It is a state of affairs made even more intolerable by the tone of chairman Roger Hutton’s resignation statement after his club’s abject failure to respond effectively to the racism suffered by Azeem Rafiq.
No wonder Mr Rafiq accuses YCCC of institutional racism: Parliament is summonsing officials to an inquisition, sponsors are deserting the club and Headingley is losing its international status. But, even now, the historical context is critical.
Players felt unable to speak out when former captain Gary Ballance and others were using racist language towards Mr Rafiq – shameful slurs dismissed as friendly ‘banter’.
Coaches could not – or would not – challenge an immoral dressing room culture, a petri-dish of prejudice allowed to fester through ignorance while players like Mr Rafiq, and no doubt others, were being humiliated.
And no board member had the foresight to respond in the strongest terms possible when the club’s protracted inquiry confirmed that the player had suffered racial harassment and bullying.
That YCCC thought that this behaviour warranted no disciplinary action is indicative of woefully weak leadership and governance at an institutionally racist club in denial about its responsibilities to staff, spectators and society alike.
This weekend many will be perplexed that Mr Hutton – by his own admission – did not reach out to Mr Rafiq, hence why the ex-chairman’s unreserved apology only served to add to the despair.
Given this, it now falls to Mr Hutton’s ex-colleagues and their consciences to respond to his assertion that they showed “a constant unwillingness...to apologise, and to accept that there was racism”.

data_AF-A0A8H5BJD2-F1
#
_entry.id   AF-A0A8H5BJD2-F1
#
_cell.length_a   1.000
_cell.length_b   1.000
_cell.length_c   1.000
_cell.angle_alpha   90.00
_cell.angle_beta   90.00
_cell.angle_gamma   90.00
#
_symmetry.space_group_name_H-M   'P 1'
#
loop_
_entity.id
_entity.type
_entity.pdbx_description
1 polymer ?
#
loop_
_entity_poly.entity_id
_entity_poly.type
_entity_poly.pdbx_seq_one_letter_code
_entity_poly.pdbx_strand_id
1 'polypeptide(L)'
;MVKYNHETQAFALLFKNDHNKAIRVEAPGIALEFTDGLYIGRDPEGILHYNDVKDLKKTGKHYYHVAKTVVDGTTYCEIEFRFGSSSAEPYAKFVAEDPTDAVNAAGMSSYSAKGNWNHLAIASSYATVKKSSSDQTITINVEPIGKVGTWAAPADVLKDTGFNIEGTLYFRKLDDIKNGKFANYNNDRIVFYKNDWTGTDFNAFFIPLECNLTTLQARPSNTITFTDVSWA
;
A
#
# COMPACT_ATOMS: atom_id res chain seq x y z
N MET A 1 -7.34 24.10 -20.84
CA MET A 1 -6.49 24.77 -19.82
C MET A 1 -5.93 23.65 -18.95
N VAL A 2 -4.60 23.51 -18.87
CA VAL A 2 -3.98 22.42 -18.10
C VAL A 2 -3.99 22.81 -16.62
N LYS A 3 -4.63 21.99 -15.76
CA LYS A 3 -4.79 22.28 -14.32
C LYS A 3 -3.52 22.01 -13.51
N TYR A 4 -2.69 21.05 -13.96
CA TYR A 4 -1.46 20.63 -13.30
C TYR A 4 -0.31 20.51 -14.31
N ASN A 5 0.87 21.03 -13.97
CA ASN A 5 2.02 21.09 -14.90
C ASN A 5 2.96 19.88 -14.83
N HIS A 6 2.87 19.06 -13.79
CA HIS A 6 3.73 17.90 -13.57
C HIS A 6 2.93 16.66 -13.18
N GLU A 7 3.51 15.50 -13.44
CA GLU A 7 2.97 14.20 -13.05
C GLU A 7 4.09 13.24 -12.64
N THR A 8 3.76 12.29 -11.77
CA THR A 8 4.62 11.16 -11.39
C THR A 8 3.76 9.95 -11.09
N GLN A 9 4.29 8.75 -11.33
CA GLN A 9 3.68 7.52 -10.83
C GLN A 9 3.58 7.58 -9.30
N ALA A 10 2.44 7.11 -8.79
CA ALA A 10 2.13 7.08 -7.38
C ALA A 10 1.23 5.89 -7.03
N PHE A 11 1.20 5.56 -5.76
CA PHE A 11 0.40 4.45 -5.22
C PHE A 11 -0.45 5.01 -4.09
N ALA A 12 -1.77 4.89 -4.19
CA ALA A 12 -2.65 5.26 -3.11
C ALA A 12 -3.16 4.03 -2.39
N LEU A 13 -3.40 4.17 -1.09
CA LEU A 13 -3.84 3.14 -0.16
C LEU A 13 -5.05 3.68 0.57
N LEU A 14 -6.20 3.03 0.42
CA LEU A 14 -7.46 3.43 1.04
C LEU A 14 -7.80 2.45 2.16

It will be for the ECB – the sport’s governing body – to account for Mr Hutton’s claim that they “declined to help” Yorkshire over its shambolic inquiry processes when its chief executive Tom Harrison says offers were made. Who is telling the truth here?
And it will ultimately be for the club’s custodians to decide a way forward under Lord Patel of Bradford, the new chair, for a team facing financial ruin over a failure to accept, despite the commendable work of YCCC’s community programme, that all racism – regardless of the context – is totally unacceptable
Hopefully, they will appreciate that YCCC will need to confront its recent ugly past, and learn serious lessons, before it can aspire to become a beacon for multi-culturalism on and off the pitch.
But this unedifying episode extends beyond the culpability of Mr Hutton and any others who must resign in the coming days.
At its heart is a young man – Azeem Rafiq – who became a pariah at the club that he’d been so proud to represent when he progressed into its first XI.
It is about the torment that he – and his family – still suffer after having their characters vilified for speaking out so persistently when YCCC closed ranks.
And it is about the shameful message being sent out to aspiring players – and spectators – from Yorkshire’s ethnic minority communities whose passion for cricket is one of the sport’s most endearing features.
What hope for them when their club – Yorkshire – has been humiliating Azeem Rafiq and all people of colour, because of a failure to recognise its collective, moral and societal duty to confront racism, and to challenge discrimination in all its forms?
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